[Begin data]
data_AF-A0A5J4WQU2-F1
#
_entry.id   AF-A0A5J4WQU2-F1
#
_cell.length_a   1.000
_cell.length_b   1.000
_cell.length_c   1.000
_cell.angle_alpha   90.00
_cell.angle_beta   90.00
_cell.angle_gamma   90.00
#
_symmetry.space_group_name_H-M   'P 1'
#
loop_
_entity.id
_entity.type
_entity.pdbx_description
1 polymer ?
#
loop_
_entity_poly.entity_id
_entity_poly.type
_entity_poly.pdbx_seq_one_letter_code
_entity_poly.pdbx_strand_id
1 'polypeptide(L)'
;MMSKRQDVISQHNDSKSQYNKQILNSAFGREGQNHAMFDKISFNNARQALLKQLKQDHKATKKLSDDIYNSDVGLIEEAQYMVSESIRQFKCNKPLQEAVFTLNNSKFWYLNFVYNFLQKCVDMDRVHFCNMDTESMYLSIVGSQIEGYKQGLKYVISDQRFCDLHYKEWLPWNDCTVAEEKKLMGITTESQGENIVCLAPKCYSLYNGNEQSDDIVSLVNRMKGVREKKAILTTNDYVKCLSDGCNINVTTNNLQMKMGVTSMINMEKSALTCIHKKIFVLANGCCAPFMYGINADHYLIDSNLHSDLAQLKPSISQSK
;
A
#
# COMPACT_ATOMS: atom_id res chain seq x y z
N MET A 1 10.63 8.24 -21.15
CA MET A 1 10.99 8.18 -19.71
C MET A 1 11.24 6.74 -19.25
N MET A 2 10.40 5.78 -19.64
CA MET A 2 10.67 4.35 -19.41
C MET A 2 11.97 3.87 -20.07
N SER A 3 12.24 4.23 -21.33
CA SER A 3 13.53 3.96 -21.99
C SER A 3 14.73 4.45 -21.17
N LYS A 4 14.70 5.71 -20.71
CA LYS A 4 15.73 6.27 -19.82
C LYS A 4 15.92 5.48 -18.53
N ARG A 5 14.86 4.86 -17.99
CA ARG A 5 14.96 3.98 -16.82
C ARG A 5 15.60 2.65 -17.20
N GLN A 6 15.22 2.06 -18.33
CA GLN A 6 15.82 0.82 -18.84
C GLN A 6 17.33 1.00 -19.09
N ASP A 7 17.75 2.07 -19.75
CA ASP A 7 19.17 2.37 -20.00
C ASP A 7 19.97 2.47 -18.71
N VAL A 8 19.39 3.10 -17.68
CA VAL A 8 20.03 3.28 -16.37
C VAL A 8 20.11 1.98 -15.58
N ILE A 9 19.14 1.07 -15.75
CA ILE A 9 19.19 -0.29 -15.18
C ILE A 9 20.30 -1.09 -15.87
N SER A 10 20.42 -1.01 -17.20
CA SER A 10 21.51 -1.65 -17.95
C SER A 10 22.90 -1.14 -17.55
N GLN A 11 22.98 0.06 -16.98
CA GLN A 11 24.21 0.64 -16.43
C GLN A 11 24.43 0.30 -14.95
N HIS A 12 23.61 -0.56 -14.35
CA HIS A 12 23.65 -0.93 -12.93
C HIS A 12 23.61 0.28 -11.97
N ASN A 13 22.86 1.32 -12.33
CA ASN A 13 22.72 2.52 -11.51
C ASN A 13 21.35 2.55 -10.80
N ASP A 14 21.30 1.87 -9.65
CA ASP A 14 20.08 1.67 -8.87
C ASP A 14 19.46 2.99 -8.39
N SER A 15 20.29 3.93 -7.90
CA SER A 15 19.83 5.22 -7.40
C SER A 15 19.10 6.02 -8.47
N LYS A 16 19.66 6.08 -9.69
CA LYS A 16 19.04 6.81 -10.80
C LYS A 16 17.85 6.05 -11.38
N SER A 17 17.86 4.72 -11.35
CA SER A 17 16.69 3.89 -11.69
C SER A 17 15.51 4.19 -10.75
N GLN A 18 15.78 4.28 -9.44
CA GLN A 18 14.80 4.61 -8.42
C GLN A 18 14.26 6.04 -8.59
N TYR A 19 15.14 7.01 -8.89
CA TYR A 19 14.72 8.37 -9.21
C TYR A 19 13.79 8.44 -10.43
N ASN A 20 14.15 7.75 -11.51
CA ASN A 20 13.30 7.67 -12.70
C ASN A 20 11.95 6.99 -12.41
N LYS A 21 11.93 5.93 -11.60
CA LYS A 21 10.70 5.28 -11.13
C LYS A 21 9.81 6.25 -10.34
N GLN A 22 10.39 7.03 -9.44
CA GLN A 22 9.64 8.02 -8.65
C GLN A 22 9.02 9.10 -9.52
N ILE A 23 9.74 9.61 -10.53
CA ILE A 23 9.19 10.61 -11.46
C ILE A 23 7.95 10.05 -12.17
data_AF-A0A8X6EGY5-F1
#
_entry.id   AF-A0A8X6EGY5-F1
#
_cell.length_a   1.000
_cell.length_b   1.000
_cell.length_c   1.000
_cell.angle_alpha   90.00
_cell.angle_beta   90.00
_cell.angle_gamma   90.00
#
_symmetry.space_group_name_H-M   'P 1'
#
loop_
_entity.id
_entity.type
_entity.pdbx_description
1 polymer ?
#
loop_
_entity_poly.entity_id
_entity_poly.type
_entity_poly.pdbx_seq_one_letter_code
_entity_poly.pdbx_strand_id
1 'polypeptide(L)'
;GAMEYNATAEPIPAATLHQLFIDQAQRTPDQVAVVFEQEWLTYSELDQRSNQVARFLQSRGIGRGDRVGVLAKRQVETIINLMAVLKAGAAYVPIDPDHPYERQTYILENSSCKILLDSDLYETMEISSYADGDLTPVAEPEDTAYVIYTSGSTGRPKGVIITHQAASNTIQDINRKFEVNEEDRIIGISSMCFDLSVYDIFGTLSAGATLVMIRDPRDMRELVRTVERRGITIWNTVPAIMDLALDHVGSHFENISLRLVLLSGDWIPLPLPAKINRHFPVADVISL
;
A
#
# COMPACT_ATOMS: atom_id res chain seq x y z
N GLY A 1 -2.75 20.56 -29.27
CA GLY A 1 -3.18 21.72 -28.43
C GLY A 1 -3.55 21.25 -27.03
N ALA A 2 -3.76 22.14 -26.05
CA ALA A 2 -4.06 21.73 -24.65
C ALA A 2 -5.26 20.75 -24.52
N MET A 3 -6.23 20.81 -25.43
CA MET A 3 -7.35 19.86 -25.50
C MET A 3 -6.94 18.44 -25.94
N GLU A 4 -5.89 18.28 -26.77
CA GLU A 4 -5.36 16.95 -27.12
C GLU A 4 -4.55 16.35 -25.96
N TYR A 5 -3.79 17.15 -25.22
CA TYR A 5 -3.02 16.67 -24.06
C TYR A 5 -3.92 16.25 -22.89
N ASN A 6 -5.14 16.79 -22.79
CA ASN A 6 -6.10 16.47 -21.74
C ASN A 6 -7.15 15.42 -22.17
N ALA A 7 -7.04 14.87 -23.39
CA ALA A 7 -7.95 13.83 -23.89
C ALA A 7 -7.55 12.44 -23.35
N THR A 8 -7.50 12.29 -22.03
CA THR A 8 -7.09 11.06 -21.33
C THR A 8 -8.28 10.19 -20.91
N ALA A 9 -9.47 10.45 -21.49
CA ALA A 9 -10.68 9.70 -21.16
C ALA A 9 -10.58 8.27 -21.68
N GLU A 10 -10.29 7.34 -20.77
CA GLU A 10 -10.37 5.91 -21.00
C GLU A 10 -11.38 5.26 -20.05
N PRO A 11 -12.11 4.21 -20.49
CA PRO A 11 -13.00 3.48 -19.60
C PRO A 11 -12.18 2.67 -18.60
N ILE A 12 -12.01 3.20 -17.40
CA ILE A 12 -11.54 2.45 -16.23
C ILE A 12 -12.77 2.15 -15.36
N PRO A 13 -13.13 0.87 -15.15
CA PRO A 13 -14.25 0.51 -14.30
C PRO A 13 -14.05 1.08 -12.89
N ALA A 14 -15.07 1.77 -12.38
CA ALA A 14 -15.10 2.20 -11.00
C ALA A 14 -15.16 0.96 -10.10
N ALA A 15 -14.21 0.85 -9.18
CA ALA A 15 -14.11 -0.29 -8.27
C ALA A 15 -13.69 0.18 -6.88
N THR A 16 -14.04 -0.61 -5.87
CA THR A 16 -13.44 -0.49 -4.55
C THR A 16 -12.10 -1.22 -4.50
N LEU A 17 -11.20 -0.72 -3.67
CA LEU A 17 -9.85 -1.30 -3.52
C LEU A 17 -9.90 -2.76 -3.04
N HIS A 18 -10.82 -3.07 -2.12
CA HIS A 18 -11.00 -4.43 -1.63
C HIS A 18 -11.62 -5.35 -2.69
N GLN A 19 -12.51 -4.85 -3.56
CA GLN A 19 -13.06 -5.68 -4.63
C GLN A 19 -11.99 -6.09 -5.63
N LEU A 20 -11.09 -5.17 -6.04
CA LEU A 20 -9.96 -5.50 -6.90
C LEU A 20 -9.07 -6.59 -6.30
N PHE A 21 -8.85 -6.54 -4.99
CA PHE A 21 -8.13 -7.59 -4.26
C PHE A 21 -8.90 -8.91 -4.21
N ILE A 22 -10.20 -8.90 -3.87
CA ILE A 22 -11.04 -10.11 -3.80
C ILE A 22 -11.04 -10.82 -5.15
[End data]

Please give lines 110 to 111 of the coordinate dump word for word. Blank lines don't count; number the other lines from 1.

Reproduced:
#
_symmetry.space_group_name_H-M   'P 1'